# How to Customize the Command Prompt

I’m a big fan of the terminal: whether you’re leveraging a handful of commands (or more!) to improve your development process, or just using it to quickly move around your drives and open files and folders, the command line is an awesome tool. However, if you use it often, you’ll want to customize it to your needs. I'll show you how to do that today!

I'm often asked, "How did you get your command prompt to look like that?" Well, in this tutorial, I’ll show you exactly how to do it. It’s pretty simple, and won’t require too much of your time.

I should note that what I’m showing you is specifically for the bash shell; this is the default shell on Mac and most Linux systems. If you’d like a bash prompt on Windows, you might want to check out Cygwin.

Before we get started, let’s talk for a minute about how you customize your bash prompt. It’s not quite the same as you’re average application: there’s no preferences panel. Your customizations are stored in a file. If you’re on Linux (or using Cygwin), that will be your .bashrc file; on Mac, that’s your .bash_profile file. In both cases, this file is kept in your home directory (if you aren’t sure where that is for a Cygwin install, run the command echo $HOME). Note that I’ll only refer to the .bashrc file from here on out, but use the .bash_profile if you’re on a Mac. Note that on Macs (and possibly Linux machines; I’m not sure), files that begin with a period are hidden by default. To show them, run these two lines in the terminal So, what goes in that .bashrc file? Each line is actually a command that you could run on the command line. In fact, that’s how these config files work: When you open the console, all the commands you’ve written in the config file are run, setting up your environment. So, if you just want to try out some of what I’ll show below, just type it on the command line itself. The simplicity here is beautiful. ## Customizing PS1 Let’s start with a definition. The prompt is what you see at the beginning of the line, each time you hit enter on the command line. Here’s what the default settings are for the Mac: In this case, the prompt is andrews-macbook:~ screencast$. There’s a few variables here: andrew-macbook is the name of this computer, ~ is the current directory (the home directory) and screencast is the username. Let’s customize this a bit.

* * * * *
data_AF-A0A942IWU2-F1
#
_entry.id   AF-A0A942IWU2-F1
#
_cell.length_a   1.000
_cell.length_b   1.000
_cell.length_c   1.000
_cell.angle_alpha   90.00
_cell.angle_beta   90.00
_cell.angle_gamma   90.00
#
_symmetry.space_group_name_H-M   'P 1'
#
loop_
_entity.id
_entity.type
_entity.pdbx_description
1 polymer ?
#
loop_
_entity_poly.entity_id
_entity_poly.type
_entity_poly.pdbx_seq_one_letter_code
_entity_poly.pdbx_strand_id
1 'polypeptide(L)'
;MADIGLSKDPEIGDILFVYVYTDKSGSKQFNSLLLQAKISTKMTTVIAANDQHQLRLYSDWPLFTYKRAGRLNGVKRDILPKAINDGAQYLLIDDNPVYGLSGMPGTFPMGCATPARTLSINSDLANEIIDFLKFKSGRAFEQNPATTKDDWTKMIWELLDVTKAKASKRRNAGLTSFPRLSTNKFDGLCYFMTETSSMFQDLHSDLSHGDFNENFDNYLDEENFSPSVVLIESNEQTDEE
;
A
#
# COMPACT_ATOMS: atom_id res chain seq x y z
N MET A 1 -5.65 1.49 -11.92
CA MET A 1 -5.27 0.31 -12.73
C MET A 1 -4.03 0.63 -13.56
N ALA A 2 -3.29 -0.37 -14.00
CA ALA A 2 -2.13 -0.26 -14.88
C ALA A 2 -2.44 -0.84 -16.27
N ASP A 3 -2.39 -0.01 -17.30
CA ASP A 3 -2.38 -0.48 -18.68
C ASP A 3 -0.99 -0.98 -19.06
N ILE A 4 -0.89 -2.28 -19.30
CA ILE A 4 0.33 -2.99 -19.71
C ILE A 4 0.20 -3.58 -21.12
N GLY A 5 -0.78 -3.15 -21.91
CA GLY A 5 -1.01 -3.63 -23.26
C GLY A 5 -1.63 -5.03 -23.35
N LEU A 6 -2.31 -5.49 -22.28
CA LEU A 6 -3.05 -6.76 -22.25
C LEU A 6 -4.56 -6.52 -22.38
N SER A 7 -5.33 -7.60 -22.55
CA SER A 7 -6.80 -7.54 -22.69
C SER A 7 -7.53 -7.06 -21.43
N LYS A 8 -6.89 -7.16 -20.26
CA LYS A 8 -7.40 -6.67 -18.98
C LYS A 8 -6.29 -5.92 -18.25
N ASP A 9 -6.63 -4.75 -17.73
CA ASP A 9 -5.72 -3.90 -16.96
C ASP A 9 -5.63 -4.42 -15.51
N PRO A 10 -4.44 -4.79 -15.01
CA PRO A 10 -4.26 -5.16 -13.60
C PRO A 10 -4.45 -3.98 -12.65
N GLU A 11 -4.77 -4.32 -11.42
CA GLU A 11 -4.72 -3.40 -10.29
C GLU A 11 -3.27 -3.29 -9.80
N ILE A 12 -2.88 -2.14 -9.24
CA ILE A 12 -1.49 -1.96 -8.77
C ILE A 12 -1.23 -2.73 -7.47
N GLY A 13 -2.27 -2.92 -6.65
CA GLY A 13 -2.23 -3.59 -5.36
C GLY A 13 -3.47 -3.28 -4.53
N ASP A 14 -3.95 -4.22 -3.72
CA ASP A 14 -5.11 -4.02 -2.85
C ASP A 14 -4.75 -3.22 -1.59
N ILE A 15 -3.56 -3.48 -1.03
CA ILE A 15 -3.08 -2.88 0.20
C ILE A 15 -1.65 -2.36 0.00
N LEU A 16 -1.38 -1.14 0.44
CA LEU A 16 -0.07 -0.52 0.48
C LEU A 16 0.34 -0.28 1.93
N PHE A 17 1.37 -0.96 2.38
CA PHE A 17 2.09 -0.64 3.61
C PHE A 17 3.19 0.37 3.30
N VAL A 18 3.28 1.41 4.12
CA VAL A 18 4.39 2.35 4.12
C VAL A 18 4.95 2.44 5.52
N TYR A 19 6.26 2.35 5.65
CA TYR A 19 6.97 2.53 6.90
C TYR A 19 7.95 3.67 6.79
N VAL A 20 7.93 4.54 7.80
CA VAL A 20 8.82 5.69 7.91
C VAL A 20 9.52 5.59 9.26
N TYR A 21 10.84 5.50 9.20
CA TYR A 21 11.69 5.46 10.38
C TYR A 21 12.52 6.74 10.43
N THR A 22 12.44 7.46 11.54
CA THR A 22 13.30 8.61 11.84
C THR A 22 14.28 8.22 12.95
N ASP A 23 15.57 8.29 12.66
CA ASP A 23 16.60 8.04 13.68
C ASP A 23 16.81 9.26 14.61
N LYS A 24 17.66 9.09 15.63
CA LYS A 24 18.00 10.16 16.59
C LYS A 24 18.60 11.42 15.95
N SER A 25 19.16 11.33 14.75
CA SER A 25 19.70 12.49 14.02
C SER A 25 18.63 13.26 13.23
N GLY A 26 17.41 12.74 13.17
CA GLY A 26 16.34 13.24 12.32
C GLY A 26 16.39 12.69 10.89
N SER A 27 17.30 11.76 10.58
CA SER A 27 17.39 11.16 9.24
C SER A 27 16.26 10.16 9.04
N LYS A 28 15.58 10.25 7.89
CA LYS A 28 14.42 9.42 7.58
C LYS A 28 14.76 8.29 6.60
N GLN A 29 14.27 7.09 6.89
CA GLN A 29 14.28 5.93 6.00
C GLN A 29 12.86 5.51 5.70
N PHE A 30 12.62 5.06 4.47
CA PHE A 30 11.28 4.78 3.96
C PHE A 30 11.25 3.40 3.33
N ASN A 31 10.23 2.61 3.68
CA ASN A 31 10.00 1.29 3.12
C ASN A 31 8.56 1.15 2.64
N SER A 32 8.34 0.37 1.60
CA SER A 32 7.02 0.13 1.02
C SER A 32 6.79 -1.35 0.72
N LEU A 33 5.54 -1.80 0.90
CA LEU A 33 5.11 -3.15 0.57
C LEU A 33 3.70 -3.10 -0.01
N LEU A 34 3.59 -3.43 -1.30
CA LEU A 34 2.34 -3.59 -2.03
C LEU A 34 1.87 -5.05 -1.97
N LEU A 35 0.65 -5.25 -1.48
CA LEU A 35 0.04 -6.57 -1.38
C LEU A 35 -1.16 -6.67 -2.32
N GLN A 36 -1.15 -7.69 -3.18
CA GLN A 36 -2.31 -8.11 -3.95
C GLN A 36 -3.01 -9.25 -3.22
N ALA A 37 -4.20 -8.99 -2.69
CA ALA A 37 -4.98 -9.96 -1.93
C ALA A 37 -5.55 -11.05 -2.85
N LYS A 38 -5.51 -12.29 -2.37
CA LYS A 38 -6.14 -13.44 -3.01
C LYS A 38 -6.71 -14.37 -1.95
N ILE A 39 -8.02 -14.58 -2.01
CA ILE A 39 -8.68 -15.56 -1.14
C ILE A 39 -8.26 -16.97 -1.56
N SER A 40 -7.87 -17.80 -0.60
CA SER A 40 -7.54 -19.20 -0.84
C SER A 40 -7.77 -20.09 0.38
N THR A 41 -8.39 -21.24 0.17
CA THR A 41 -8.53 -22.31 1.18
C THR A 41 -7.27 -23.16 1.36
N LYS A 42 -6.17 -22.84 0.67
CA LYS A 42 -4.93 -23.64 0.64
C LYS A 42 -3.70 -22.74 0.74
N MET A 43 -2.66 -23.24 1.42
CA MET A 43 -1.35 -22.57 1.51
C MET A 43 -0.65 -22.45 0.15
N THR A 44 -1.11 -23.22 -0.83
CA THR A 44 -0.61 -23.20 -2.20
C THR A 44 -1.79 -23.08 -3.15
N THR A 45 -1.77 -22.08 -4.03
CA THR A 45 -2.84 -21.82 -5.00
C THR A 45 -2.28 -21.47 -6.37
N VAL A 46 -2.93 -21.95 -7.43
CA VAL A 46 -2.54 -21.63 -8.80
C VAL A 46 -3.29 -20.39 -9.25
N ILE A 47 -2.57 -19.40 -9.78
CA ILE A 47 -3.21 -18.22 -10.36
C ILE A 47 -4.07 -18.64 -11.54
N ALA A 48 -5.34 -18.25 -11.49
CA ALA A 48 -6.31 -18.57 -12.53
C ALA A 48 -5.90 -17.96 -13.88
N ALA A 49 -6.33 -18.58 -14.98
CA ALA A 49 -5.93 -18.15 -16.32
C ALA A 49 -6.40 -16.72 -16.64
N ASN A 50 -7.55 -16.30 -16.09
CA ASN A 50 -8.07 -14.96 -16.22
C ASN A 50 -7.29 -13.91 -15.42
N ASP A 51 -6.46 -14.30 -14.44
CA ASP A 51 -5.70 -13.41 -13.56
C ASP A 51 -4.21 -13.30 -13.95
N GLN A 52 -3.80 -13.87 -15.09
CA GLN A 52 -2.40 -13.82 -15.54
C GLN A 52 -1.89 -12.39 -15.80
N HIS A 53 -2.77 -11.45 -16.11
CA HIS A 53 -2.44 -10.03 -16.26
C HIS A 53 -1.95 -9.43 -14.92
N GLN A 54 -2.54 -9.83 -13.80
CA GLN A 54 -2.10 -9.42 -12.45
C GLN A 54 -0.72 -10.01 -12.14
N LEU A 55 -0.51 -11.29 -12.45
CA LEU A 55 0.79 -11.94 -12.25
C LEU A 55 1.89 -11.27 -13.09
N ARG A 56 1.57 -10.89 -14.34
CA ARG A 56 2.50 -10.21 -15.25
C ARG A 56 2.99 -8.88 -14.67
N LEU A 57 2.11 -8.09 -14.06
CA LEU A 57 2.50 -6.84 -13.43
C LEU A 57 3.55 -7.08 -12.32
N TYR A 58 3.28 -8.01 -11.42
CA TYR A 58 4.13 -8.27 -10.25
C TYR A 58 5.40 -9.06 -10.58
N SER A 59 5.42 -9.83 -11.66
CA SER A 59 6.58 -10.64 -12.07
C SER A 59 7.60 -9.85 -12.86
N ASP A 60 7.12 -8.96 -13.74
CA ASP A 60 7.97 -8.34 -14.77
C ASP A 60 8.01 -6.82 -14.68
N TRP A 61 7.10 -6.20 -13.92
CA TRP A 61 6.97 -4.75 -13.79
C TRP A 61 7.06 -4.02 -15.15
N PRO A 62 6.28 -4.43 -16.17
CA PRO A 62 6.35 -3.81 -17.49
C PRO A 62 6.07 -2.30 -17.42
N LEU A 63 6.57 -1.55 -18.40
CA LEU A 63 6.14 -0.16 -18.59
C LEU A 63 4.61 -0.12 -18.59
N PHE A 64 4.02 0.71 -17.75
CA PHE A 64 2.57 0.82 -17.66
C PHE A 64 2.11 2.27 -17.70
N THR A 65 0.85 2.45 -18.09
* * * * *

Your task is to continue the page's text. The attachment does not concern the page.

Open up either your .bashrc file. The way we set what information is displayed in the prompt is with the PS1 variable. Add this to the file:

Notice that I don’t put spaces on either side of the equals sign; that’s necessary. Save this file in your home directory and re-open a terminal window. Now, you should have a prompt that looks like this:

I’ll note here that if you find it tedious to close and re-open your terminal each time you make a change to your .bashrc or .bash_profile, there’s a bit of a shortcut: You can load any bash customization file with the source command. Run this in your terminal:

Still too long? Well, a single period (.) is an alias for source. Happy now? If you’re quick, you’ll realize that we can use the source command to include other files within our .bashrc file, if you want to split it up to keep in under control.